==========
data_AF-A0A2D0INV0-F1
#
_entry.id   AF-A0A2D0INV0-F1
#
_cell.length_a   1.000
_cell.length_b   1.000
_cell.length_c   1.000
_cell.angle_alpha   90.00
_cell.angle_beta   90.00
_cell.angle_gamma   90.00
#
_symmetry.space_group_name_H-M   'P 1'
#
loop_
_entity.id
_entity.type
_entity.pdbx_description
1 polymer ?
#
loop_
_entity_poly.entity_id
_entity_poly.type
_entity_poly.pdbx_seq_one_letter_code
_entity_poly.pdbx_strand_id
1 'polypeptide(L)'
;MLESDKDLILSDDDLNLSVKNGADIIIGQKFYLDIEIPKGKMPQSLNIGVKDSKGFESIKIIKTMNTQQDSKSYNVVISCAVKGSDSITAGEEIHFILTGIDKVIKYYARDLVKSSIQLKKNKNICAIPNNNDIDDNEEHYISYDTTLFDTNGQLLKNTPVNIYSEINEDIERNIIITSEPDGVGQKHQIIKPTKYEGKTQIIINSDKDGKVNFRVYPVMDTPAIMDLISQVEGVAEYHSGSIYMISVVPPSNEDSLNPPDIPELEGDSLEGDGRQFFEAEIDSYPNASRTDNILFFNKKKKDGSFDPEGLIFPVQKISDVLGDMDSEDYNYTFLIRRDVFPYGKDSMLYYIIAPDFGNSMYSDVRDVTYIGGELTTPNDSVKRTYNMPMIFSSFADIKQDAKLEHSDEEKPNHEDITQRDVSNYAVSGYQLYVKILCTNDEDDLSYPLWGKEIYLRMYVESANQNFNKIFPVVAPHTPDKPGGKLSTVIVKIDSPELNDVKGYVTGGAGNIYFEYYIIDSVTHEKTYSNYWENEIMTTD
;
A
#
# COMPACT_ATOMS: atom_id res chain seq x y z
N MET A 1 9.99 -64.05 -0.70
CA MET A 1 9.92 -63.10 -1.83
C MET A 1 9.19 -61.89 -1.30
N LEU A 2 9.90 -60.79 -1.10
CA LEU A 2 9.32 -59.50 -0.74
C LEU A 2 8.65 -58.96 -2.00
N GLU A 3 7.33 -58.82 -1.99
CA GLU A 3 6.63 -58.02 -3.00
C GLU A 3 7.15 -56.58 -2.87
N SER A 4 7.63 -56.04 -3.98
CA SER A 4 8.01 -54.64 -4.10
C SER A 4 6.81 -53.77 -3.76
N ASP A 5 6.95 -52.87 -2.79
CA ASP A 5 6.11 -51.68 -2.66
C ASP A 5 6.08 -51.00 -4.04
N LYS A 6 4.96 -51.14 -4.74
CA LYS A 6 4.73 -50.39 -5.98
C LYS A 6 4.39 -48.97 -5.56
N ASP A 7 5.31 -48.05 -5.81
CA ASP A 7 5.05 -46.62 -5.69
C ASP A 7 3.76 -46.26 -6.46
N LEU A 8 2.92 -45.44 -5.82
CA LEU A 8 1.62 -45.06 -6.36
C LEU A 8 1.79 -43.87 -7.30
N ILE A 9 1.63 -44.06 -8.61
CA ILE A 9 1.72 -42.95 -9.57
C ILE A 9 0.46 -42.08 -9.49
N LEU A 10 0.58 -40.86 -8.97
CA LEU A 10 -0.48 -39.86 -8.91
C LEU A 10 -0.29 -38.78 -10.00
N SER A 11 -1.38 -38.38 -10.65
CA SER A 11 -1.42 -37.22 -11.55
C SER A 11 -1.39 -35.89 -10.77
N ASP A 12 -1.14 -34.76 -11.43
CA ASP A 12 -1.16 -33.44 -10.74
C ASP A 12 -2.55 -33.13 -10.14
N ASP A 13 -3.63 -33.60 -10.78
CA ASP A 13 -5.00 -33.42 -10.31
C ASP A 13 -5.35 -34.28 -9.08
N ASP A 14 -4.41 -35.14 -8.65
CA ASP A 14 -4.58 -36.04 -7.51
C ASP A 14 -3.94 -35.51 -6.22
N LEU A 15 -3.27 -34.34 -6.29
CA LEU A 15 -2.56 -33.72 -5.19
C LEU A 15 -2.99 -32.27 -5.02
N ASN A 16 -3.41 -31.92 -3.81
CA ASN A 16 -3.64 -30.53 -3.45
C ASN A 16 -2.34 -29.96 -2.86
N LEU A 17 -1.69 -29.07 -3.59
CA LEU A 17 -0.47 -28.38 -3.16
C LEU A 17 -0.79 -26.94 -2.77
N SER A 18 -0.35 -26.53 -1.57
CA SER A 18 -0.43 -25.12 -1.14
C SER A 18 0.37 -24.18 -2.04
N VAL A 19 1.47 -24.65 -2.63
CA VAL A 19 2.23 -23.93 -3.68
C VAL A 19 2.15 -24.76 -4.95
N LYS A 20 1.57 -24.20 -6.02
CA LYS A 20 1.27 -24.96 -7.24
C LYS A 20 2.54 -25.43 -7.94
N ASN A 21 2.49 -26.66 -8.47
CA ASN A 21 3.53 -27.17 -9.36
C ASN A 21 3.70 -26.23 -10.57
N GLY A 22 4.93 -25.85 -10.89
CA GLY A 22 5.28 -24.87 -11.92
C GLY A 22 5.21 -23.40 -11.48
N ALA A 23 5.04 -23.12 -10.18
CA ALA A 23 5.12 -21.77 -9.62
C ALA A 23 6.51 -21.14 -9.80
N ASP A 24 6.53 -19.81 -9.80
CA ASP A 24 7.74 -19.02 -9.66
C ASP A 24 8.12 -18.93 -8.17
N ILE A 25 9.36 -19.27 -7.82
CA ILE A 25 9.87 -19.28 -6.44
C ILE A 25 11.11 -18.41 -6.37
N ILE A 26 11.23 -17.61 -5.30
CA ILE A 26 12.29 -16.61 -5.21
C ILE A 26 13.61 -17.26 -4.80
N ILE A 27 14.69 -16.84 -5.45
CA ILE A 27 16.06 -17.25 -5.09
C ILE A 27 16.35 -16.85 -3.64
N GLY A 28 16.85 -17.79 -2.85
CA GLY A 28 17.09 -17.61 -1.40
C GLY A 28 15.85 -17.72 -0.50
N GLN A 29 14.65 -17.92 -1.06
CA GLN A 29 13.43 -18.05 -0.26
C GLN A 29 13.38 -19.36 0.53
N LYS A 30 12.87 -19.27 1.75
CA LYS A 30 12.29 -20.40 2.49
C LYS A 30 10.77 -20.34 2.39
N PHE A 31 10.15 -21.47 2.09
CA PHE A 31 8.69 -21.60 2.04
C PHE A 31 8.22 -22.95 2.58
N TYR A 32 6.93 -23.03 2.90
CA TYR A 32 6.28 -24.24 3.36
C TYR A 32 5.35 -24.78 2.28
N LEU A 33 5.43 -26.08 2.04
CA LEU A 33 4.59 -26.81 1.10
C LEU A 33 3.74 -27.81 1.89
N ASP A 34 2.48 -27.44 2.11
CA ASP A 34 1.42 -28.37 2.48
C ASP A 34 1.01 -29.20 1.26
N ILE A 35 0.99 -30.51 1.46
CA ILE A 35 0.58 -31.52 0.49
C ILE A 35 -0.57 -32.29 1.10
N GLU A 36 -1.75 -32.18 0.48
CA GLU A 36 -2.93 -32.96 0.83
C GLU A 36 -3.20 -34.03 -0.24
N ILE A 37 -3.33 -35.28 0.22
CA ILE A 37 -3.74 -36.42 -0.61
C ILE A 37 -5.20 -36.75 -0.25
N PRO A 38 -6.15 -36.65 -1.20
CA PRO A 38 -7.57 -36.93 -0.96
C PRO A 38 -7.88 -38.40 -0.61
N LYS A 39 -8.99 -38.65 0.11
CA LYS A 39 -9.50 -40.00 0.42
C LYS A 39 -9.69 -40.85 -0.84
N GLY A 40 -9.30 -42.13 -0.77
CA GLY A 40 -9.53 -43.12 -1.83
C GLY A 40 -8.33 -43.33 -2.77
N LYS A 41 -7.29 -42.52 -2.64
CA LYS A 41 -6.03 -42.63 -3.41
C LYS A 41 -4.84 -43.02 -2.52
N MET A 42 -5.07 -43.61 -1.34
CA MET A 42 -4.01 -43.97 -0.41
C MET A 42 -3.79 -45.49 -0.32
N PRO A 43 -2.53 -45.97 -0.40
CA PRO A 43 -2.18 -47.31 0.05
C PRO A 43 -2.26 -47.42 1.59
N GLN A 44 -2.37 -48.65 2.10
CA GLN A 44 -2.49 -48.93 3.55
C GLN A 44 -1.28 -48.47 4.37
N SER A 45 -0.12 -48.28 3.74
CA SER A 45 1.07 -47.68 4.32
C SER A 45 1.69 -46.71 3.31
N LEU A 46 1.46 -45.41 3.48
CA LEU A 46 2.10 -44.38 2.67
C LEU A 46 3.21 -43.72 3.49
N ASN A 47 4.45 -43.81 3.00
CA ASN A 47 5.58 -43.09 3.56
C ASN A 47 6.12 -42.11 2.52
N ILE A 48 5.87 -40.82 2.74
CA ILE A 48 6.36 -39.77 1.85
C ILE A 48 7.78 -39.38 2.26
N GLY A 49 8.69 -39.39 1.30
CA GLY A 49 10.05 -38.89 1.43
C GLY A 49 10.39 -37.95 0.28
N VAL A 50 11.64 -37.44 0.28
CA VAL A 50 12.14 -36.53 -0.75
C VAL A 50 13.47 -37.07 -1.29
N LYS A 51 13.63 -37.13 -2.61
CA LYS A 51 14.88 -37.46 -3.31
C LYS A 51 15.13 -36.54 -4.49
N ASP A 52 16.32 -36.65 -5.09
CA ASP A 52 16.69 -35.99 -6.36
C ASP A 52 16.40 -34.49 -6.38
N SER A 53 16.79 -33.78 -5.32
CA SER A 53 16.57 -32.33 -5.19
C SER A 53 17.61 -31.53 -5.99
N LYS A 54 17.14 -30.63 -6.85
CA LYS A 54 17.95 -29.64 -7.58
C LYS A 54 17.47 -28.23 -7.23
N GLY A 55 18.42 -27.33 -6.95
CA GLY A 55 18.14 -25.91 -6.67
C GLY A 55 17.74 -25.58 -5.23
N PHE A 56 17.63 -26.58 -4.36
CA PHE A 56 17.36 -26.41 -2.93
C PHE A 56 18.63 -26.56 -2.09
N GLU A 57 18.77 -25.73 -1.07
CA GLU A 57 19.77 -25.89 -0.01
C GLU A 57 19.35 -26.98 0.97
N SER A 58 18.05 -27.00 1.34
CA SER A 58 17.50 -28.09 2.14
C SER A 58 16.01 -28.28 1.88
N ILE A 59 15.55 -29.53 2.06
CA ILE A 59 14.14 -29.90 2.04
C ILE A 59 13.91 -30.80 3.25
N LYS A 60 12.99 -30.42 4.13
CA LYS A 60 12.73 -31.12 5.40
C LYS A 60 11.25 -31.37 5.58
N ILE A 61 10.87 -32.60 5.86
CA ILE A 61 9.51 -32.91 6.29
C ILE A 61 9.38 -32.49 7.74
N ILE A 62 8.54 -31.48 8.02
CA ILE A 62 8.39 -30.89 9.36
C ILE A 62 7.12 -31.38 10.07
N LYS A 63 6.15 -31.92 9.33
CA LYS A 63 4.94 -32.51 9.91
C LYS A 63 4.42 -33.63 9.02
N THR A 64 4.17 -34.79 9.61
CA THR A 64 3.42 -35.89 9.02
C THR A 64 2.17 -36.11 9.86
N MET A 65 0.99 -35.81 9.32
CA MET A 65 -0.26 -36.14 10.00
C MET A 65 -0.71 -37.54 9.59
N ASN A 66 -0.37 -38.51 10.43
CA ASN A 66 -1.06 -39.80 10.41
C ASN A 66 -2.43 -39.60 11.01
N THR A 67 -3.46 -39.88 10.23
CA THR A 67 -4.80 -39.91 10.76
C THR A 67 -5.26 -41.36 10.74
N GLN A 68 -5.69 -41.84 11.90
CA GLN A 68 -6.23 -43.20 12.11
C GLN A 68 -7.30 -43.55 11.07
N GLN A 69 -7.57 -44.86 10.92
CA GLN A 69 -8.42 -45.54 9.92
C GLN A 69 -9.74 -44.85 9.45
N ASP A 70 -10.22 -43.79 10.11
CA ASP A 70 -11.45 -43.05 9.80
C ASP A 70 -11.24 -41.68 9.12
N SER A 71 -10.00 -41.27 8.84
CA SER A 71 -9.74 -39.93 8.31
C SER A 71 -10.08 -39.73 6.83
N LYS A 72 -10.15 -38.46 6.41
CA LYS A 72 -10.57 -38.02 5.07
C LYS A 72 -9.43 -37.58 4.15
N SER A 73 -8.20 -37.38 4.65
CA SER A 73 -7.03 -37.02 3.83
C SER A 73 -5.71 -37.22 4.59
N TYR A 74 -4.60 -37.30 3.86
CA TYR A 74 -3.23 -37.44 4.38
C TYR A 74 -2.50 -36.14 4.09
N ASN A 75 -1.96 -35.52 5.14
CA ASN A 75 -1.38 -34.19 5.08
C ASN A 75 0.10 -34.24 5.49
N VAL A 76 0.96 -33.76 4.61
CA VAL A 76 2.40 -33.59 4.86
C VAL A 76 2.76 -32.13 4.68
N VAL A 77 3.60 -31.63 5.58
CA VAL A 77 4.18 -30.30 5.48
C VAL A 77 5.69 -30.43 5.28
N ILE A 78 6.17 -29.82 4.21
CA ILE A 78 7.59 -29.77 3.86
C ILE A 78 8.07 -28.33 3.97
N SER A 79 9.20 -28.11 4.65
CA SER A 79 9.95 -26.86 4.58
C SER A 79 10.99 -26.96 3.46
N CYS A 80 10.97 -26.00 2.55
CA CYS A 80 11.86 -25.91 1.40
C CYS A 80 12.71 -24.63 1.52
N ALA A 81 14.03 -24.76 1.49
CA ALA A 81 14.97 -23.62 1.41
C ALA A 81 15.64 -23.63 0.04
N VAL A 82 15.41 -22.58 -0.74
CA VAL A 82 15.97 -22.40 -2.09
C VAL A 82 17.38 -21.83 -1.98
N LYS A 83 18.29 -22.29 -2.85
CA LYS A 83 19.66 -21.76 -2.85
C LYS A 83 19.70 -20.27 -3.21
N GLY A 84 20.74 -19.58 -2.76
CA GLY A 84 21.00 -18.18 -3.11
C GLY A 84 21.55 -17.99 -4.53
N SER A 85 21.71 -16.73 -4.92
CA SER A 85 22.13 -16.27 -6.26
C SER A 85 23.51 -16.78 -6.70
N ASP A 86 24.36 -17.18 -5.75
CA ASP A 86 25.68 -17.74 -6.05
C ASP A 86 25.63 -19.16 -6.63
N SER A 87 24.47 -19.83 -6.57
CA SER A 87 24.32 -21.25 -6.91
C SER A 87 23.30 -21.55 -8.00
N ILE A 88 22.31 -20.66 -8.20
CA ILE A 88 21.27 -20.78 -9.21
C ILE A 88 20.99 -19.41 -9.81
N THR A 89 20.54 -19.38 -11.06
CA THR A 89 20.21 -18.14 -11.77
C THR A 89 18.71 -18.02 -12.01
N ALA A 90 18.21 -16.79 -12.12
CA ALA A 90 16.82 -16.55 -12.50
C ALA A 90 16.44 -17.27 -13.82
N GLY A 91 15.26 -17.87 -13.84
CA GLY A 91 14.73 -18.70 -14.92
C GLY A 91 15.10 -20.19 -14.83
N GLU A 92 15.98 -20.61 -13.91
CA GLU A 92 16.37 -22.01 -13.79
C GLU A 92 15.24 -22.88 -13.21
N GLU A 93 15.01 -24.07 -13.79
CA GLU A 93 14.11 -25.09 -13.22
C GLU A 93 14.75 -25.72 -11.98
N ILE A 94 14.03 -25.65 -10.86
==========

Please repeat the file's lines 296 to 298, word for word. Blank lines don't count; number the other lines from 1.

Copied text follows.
CA THR A 89 20.21 -18.14 -11.77
C THR A 89 18.71 -18.02 -12.01
N ALA A 90 18.21 -16.79 -12.12